Elm Leaf Beetle management
Please email or call Treetec for a quote on Elm Leaf Beetle treatment.
Treetec provides a range of services including soil treatment and stem / trunk injection. These treatments generally last three years and we offer a two year guarantee.
Where possible Treetec recommends the use of non chemical treatments and cultural methods for the management of plant pests and diseases. Where chemicals are used this should be a part of an Integrated Management System.
The person from Treetec who treats your tree will be a fully qualified arborist with chemical application certification.
The most appropriate Elm Beetle control depends on the season, degree of insect infestation, tree size, tree location / siting and philosophy.
Elm Leaf Beetle infestation can defoliate a tree, if this happens continually the tree may die. Other factors such as drought, poor pruning / lopping or soil compaction will contribute to a decline in tree health. However one or two years of Elm Beetle damage or ongoing moderate damage is very unlikely to kill the host tree, unless there are other significant contributing factors.
Currently the most effective control measures for Elm Beetle involve chemical application. Generally trunk / stem injection or soil injection, both methods have advantages and disadvantages - there is more detail below. It is possible also to do canopy spraying however this is only suitable for some trees at certain times of the year and is more expensive in the long term.
If you are considering having your tree treated it is worthwhile discussing with your neighbours (who own Elm trees) if they would like to have theirs treated at the same time as there are reasonable savings available when nearby trees are treated at one visit.
Note. Nearly all chemicals currently used commercially in Australia to treat Elm Leaf Beetle, regardless of brand name or delivery method, are neonicotinoid insecticides. this is the chemical type that was banned for all but a few specific uses by the European Union in 2013 and may soon be permanantly banned across Europe. The ban is due to the association between the widespread use of these chemicals and the direct impact on bee populations and other polinators.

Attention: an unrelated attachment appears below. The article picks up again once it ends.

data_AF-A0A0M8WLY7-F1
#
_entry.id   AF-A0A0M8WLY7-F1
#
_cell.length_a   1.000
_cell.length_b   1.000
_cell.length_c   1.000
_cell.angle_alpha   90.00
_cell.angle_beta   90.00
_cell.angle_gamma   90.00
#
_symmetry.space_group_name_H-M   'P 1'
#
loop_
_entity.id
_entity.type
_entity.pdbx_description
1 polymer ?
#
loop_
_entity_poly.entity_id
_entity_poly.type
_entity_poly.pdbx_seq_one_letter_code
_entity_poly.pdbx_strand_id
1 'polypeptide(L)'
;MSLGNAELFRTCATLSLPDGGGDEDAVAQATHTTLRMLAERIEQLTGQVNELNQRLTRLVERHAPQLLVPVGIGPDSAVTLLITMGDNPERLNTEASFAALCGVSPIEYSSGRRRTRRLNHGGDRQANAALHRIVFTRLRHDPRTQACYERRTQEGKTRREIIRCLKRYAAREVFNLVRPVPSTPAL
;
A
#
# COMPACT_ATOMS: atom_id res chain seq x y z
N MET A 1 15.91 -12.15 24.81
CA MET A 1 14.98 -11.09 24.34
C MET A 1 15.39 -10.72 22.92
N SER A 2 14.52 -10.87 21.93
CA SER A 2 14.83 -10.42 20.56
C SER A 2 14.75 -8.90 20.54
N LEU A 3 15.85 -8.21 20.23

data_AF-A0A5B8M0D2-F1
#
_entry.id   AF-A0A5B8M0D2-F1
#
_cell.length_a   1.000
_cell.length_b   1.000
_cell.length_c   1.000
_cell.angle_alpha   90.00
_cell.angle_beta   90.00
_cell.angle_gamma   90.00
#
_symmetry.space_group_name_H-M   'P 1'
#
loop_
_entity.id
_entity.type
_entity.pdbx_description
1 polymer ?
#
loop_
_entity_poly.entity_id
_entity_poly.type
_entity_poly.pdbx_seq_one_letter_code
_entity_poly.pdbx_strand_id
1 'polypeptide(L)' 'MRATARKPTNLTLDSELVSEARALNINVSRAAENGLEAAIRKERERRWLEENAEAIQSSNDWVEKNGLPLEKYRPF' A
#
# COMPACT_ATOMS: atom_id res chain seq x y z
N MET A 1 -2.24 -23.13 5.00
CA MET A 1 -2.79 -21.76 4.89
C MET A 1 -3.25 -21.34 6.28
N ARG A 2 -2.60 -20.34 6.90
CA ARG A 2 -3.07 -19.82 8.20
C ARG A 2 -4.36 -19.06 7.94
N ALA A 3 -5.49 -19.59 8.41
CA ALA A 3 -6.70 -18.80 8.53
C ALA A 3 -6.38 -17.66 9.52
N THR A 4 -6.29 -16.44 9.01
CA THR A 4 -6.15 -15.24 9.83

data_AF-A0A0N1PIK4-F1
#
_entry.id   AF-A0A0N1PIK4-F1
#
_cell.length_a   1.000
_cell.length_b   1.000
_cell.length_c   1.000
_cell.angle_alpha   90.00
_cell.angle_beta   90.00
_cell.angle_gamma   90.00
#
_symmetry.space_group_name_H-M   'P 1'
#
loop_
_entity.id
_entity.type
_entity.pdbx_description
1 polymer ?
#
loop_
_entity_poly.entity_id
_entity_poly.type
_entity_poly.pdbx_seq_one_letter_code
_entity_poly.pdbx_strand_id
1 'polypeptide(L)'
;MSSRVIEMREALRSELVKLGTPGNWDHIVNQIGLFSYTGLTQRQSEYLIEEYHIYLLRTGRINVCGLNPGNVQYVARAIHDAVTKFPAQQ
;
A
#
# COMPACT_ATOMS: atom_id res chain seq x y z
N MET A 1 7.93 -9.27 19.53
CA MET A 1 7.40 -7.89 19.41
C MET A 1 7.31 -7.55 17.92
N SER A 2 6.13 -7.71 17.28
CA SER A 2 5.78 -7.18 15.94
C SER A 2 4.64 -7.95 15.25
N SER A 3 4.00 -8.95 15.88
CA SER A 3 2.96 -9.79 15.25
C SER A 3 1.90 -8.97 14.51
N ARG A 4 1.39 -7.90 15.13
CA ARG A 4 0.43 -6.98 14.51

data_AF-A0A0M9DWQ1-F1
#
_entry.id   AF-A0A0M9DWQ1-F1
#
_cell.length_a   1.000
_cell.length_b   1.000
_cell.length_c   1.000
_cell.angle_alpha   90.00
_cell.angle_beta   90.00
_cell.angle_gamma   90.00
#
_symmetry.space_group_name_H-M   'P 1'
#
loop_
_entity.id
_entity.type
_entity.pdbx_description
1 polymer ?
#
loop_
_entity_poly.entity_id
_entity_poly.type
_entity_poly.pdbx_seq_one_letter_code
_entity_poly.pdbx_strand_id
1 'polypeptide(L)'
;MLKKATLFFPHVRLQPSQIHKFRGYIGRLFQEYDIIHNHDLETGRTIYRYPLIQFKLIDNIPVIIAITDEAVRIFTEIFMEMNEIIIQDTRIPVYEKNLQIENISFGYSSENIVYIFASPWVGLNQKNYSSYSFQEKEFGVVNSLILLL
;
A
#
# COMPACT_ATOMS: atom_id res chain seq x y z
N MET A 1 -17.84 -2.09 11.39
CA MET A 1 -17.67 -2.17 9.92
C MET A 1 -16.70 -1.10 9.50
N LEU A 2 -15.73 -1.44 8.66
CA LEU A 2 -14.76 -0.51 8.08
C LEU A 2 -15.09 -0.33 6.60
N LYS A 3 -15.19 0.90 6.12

Elm Leaf Beetle further detail
To manage Elm Beetle infestation it helps to understand a little about the Elm Leaf Beetle life cycle.
The Elm Beetles spend the cooler months in sheltered places such as wood piles, house eaves, cars & under bark. As trees come into leaf the Elm beetle emerges and flies onto the new growth where they begin to feed; they damage the leaves by eating small holes that look as though someone let off a shotgun through the canopy.
About November the Elm leaf beetles lay small yellow eggs usually on the underside of the leaf, then approximately 8 days later the eggs will hatch larvae (looks like a tiny shaved caterpillar). The Elm beetle larvae will also feed on the leaf but they eat the green material leaving a skeletonised appearance, they can trash a tree in just a few weeks. The larvae will go through a series of instars and moults where they progressively get larger (and more voracious). The mature larvae will then migrate down the trunk* and pupate into mature Elm leaf beetles, you may see this at Christmas or soon after. In southern Victoria there are usually 1 or 2 cycles per year
* Many of the Elm Beetle larvae will take the easy option and fall off the tree rather than use the trunk.
Controlling Elm Leaf Beetle
Stem injection / micro injection
Trunk banding, Trunk wrapping, Chemical banding
Principles of Modern Arboricultural Management.
Proper urban tree management is based on
a sound understanding of tree biology that
informs arboricultural practice (Moore 2004).
There are basic principles of tree biology that
are the foundations of modern arboricultural
practice, and these are of greater significance
when the trees concerned are either stressed
or aged (Table 1). These principles must
be considered when putting tree injection
processes in context.
Under these principles tree injection must be
seen as an invasive process that inevitably
wounds the specimen involved. Accordingly,
the injections should only be used when
other techniques have failed and should
be seen as a measure of last resort for pest
control or the improvement of tree health.
With old or stressed trees there is a real
risk that tree injection may actually make
things worse for the specimen that you
are hoping to treat, which is contrary to
the principles of modern arboriculture.
Consequently, tree injections must be seen
as a part of a comprehensive pest control or
tree management program. It should only be
used when other measures have failed and
when the benefits of injection can be shown
to outweigh the risks to tree structure,
vigour and health.
Phone: 03 8644 8005
Elm Leaf Beetle with both beetle and larvae damage to leaf
Neighbouring Elm trees, one with, and one without chemical treatment
Same Elm trees the next season after treatment of both trees
Elm Leaf Beetle and eggs
Eggs and larvae - leaf badly skeletonised
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